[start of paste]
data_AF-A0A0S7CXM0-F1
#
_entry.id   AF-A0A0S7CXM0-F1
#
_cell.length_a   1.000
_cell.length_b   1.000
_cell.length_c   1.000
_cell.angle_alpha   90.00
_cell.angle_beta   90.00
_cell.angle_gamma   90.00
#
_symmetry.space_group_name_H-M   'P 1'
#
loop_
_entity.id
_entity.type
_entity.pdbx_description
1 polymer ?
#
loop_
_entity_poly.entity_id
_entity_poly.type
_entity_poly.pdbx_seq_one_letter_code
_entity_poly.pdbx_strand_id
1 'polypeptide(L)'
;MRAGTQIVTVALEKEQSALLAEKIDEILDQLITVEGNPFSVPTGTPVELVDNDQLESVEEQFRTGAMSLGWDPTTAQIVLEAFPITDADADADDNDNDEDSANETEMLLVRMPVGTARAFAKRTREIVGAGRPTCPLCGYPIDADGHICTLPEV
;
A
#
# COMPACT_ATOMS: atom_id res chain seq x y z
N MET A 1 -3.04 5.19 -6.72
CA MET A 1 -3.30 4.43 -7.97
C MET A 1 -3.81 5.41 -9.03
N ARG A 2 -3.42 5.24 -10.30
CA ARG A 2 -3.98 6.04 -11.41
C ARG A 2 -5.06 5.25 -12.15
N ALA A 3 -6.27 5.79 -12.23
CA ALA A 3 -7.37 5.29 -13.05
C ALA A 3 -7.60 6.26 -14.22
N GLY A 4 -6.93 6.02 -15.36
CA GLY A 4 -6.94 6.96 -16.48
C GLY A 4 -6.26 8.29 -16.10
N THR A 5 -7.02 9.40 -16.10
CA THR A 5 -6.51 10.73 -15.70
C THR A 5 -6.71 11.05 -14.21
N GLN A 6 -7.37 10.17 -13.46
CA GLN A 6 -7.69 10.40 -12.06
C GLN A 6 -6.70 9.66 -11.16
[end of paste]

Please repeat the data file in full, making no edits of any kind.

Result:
data_AF-A0A0S7CXM0-F1
#
_entry.id   AF-A0A0S7CXM0-F1
#
_cell.length_a   1.000
_cell.length_b   1.000
_cell.length_c   1.000
_cell.angle_alpha   90.00
_cell.angle_beta   90.00
_cell.angle_gamma   90.00
#
_symmetry.space_group_name_H-M   'P 1'
#
loop_
_entity.id
_entity.type
_entity.pdbx_description
1 polymer ?
#
loop_
_entity_poly.entity_id
_entity_poly.type
_entity_poly.pdbx_seq_one_letter_code
_entity_poly.pdbx_strand_id
1 'polypeptide(L)'
;MRAGTQIVTVALEKEQSALLAEKIDEILDQLITVEGNPFSVPTGTPVELVDNDQLESVEEQFRTGAMSLGWDPTTAQIVLEAFPITDADADADDNDNDEDSANETEMLLVRMPVGTARAFAKRTREIVGAGRPTCPLCGYPIDADGHICTLPEV
;
A
#
# COMPACT_ATOMS: atom_id res chain seq x y z
N MET A 1 -3.04 5.19 -6.72
CA MET A 1 -3.30 4.43 -7.97
C MET A 1 -3.81 5.41 -9.03
N ARG A 2 -3.42 5.24 -10.30
CA ARG A 2 -3.98 6.04 -11.41
C ARG A 2 -5.06 5.25 -12.15
N ALA A 3 -6.27 5.79 -12.23
CA ALA A 3 -7.37 5.29 -13.05
C ALA A 3 -7.60 6.26 -14.22
N GLY A 4 -6.93 6.02 -15.36
CA GLY A 4 -6.94 6.96 -16.48
C GLY A 4 -6.26 8.29 -16.10
N THR A 5 -7.02 9.40 -16.10
CA THR A 5 -6.51 10.73 -15.70
C THR A 5 -6.71 11.05 -14.21
N GLN A 6 -7.37 10.17 -13.46
CA GLN A 6 -7.69 10.40 -12.06
C GLN A 6 -6.70 9.66 -11.16